Want to participate in a short research study? Help shape the future of investing tools and you could win a $250 gift card!
The goal of this article is to teach you how to use price to earnings ratios (P/E ratios). We’ll show how you can use AmRest Holdings SE’s (WSE:EAT) P/E ratio to inform your assessment of the investment opportunity. Based on the last twelve months, AmRest Holdings’s P/E ratio is 48.7. That is equivalent to an earnings yield of about 2.1%.
How Do I Calculate A Price To Earnings Ratio?
The formula for P/E is:
Price to Earnings Ratio = Share Price (in reporting currency) ÷ Earnings per Share (EPS)
Or for AmRest Holdings:
P/E of 48.7 = €9.48 (Note: this is the share price in the reporting currency, namely, EUR ) ÷ €0.19 (Based on the year to September 2018.)
Is A High Price-to-Earnings Ratio Good?
A higher P/E ratio means that investors are paying a higher price for each PLN1 of company earnings. That isn’t necessarily good or bad, but a high P/E implies relatively high expectations of what a company can achieve in the future.
How Growth Rates Impact P/E Ratios
Probably the most important factor in determining what P/E a company trades on is the earnings growth. When earnings grow, the ‘E’ increases, over time. Therefore, even if you pay a high multiple of earnings now, that multiple will become lower in the future. So while a stock may look expensive based on past earnings, it could be cheap based on future earnings.
AmRest Holdings saw earnings per share decrease by 7.6% last year. But EPS is up 29% over the last 5 years.
How Does AmRest Holdings’s P/E Ratio Compare To Its Peers?
We can get an indication of market expectations by looking at the P/E ratio. The image below shows that AmRest Holdings has a significantly higher P/E than the average (12.7) P/E for companies in the hospitality industry.
Its relatively high P/E ratio indicates that AmRest Holdings shareholders think it will perform better than other companies in its industry classification. Shareholders are clearly optimistic, but the future is always uncertain. So investors should delve deeper. I like to check if company insiders have been buying or selling.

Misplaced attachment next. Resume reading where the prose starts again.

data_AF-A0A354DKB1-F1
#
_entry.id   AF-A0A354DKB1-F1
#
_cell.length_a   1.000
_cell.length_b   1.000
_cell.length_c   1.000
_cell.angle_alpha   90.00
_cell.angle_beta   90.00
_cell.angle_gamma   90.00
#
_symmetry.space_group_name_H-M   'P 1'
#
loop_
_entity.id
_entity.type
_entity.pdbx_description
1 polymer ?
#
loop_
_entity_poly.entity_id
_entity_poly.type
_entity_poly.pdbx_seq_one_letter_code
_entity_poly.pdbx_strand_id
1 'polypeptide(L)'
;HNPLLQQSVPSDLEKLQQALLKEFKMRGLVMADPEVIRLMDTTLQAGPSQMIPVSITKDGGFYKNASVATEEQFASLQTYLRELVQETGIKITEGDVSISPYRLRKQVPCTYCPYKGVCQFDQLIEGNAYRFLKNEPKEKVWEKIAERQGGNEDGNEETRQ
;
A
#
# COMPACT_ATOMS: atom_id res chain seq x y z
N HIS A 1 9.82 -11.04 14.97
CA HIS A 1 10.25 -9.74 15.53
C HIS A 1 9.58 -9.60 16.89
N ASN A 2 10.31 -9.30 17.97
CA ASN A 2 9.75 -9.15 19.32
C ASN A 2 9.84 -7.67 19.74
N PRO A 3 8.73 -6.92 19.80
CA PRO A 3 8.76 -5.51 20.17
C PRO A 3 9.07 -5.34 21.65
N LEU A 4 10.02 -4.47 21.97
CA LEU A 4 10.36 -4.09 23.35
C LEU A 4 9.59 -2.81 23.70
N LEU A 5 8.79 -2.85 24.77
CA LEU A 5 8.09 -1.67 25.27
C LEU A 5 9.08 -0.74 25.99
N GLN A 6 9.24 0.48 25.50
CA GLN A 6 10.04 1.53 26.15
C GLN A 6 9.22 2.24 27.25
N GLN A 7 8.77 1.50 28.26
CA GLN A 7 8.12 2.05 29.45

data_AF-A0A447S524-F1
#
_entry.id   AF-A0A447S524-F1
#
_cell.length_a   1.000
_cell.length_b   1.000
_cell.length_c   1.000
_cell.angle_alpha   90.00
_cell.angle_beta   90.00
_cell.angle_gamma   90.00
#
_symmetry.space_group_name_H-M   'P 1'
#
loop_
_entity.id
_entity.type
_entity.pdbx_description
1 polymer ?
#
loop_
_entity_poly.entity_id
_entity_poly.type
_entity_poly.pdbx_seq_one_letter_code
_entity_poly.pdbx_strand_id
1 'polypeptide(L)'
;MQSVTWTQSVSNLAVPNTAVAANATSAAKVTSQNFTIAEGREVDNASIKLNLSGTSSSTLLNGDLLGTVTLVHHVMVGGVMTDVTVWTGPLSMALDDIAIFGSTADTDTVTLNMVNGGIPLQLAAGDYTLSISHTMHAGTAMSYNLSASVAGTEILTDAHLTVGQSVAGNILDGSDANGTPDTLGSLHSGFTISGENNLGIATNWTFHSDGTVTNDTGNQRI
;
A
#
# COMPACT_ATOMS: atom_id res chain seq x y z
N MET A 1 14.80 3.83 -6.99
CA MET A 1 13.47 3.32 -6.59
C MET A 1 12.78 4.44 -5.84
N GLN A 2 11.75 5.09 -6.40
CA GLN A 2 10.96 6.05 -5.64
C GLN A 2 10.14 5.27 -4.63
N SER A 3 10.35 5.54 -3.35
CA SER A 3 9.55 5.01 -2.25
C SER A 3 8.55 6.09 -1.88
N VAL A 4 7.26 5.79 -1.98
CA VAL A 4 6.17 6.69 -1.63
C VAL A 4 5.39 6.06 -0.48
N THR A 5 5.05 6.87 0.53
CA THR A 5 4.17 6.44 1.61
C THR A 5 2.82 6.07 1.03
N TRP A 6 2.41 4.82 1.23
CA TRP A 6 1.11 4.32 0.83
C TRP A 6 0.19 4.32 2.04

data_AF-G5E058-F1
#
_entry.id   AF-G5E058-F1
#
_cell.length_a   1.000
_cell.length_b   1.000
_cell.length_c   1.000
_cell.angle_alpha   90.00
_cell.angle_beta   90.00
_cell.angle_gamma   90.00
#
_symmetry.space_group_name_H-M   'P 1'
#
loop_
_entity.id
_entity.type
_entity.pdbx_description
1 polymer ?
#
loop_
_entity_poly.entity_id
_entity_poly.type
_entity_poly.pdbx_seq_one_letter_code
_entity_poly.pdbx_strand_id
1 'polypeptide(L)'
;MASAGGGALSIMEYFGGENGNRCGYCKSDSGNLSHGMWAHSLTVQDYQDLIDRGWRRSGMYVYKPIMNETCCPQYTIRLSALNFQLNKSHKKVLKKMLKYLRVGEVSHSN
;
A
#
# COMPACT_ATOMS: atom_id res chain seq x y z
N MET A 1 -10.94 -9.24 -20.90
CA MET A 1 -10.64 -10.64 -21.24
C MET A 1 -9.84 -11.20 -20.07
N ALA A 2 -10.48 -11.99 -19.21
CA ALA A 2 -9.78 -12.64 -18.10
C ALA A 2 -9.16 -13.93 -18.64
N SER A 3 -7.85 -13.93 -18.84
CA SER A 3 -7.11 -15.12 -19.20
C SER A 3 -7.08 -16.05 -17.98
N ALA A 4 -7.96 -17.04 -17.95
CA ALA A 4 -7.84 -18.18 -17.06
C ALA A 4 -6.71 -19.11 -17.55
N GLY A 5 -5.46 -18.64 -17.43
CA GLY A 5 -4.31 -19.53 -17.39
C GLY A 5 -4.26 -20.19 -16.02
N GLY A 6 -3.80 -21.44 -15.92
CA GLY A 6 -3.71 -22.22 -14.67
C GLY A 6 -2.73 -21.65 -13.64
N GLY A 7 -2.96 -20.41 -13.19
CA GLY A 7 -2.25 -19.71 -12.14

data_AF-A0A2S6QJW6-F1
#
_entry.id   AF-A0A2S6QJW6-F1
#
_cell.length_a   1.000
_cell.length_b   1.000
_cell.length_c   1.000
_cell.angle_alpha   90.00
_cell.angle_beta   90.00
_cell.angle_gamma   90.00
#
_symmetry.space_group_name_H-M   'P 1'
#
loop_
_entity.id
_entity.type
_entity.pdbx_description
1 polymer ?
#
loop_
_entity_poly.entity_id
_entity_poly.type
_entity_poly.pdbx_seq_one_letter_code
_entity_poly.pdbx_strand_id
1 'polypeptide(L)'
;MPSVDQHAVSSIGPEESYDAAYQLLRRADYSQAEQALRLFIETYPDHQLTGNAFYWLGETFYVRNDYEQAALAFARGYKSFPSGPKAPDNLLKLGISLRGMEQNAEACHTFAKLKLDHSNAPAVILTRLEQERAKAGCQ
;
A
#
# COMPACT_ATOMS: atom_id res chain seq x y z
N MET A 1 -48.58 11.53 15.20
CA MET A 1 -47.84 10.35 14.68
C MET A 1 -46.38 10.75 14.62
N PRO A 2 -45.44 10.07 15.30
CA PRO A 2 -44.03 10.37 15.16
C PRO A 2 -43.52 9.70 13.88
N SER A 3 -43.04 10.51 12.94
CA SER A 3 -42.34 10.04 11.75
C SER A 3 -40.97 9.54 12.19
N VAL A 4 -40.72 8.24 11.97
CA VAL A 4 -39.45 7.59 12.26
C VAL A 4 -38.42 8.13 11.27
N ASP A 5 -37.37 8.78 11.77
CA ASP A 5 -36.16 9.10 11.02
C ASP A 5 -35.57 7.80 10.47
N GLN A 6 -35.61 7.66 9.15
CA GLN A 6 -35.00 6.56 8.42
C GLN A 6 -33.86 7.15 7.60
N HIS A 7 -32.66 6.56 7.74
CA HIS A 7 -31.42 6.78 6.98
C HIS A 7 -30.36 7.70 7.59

Don’t Forget: The P/E Does Not Account For Debt or Bank Deposits
It’s important to note that the P/E ratio considers the market capitalization, not the enterprise value. That means it doesn’t take debt or cash into account. Theoretically, a business can improve its earnings (and produce a lower P/E in the future), by taking on debt (or spending its remaining cash).
Spending on growth might be good or bad a few years later, but the point is that the P/E ratio does not account for the option (or lack thereof).
Is Debt Impacting AmRest Holdings’s P/E?
AmRest Holdings has net debt worth 18% of its market capitalization. This could bring some additional risk, and reduce the number of investment options for management; worth remembering if you compare its P/E to businesses without debt.
The Verdict On AmRest Holdings’s P/E Ratio
AmRest Holdings trades on a P/E ratio of 48.7, which is multiples above the PL market average of 10.6. With some debt but no EPS growth last year, the market has high expectations of future profits.
When the market is wrong about a stock, it gives savvy investors an opportunity. As value investor Benjamin Graham famously said, ‘In the short run, the market is a voting machine but in the long run, it is a weighing machine.’ So this free visual report on analyst forecasts could hold they key to an excellent investment decision.
Of course, you might find a fantastic investment by looking at a few good candidates. So take a peek at this free list of companies with modest (or no) debt, trading on a P/E below 20.
To help readers see past the short term volatility of the financial market, we aim to bring you a long-term focused research analysis purely driven by fundamental data. Note that our analysis does not factor in the latest price-sensitive company announcements.
The author is an independent contributor and at the time of publication had no position in the stocks mentioned. For errors that warrant correction please contact the editor at email@example.com.